New perennial movement: wash out or taking root?

garden design, grasses, perennial flowers, irish, international

Grasses and perennials as used in my Bloom show garden for Barretstown

With the Garden and Landscape Design Association’s (GLDA) seminar on the horizon this weekend, the focus is very much on the so-called “new perennial movement” or “prairie planting” style of planting design that has captured the imagination of garden designers for the last twenty years of so.  This is probably one of the biggest fashion shake-ups to have gripped the garden design world (both amateur and professional) for quite some time. Even minimalist and avant-garde designers who typically seek to pair back designed planting to just a few plants repeated across the design, have now adopted some the plants used in the new movement, namely the soft, wavy grasses and striking perennial flowers.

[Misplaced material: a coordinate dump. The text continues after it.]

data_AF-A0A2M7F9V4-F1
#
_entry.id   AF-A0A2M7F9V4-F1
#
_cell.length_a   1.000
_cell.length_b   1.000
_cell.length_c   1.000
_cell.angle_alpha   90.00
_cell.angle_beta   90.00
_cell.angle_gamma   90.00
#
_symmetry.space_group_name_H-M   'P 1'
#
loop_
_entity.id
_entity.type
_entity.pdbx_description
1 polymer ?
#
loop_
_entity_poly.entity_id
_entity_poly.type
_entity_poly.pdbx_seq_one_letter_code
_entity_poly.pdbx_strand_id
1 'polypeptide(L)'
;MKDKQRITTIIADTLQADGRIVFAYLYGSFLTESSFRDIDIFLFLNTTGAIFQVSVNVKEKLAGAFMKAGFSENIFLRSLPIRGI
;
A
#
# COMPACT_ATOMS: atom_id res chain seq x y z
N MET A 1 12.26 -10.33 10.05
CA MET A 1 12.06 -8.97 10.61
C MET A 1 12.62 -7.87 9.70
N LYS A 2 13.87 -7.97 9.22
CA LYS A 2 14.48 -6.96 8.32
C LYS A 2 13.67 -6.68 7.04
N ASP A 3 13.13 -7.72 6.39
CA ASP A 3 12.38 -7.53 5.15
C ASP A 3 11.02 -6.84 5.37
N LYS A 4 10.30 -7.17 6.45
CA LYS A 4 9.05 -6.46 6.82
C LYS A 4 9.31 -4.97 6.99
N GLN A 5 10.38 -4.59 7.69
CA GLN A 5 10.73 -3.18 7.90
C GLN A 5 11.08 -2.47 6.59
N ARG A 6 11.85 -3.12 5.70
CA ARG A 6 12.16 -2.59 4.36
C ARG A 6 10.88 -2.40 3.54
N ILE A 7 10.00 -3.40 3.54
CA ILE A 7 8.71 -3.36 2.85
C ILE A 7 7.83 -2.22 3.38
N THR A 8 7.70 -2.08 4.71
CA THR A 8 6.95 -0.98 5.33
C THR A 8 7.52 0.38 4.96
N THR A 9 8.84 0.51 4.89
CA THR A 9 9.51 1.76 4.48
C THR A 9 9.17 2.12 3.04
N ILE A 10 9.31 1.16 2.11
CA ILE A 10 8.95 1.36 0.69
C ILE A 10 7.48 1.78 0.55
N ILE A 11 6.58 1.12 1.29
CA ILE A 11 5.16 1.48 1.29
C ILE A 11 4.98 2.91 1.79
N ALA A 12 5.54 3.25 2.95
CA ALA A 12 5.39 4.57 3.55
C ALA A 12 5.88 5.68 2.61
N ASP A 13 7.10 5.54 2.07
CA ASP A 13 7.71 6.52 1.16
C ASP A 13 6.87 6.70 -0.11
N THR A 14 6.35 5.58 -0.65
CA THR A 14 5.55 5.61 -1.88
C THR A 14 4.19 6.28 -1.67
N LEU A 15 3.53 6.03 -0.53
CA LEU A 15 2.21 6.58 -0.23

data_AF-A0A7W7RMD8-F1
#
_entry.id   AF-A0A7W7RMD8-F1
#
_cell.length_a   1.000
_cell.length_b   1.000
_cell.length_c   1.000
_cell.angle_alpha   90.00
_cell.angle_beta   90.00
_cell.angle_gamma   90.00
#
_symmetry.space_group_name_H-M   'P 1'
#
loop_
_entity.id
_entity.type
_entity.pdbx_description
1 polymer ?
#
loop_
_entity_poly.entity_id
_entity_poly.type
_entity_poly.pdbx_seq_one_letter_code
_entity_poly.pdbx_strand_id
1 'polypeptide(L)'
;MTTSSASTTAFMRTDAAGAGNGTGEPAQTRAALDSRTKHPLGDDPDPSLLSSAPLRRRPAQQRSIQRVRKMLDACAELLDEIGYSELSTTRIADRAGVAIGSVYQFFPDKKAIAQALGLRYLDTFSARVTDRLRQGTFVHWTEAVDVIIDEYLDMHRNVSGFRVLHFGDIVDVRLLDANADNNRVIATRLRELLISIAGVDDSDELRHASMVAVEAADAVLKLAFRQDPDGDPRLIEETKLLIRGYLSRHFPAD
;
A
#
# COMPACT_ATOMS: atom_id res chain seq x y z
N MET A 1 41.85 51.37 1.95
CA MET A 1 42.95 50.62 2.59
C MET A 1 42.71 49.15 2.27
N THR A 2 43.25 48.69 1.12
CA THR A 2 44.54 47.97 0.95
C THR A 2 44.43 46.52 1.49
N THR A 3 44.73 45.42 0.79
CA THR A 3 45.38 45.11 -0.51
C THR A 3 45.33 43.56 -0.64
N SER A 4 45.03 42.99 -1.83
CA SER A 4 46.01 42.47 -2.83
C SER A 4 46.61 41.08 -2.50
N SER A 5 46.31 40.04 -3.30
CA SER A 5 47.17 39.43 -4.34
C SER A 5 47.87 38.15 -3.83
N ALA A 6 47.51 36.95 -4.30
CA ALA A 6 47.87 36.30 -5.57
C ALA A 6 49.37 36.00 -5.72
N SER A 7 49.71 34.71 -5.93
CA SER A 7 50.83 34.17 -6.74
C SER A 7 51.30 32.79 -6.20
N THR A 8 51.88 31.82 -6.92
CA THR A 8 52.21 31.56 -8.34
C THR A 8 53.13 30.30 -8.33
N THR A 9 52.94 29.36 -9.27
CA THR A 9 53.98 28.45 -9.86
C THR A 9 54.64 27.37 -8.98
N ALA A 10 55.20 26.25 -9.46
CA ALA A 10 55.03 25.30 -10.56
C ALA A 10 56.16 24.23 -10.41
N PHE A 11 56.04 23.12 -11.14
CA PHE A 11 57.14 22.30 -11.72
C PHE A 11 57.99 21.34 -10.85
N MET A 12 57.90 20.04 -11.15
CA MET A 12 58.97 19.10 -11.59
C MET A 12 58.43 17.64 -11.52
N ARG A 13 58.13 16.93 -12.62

I too have been keen to adopt this naturalistic planting style, where suitable.  The only thing about it in Ireland is that with our very wet and windy climate the typical plants do not always suit and often a sheltered, free-draining site is needed.

That said, with careful thought and with a lean in the design plan towards using native grasses and perennials mixed with tolerant exotics, this style of planting can be adapted to many sites.

grasses, perennial flowers, new border

Some new wave perennial planting in a garden I designed in Limerick. Includes Stipa grass, Astlilbe and Coreopsis.

We also see this style evolving with stronger emphasis being placed on ecological planting mixes, which is really important if we are to try and infuse nature conservation ideas that help maximise the biodiversity benefits of our designs.  These can often be the most interesting designs in terms of year round interest (of colour, form and texture), something we can be grateful to the new perennial movement for.

For details on the seminar, check out the GLDA website.

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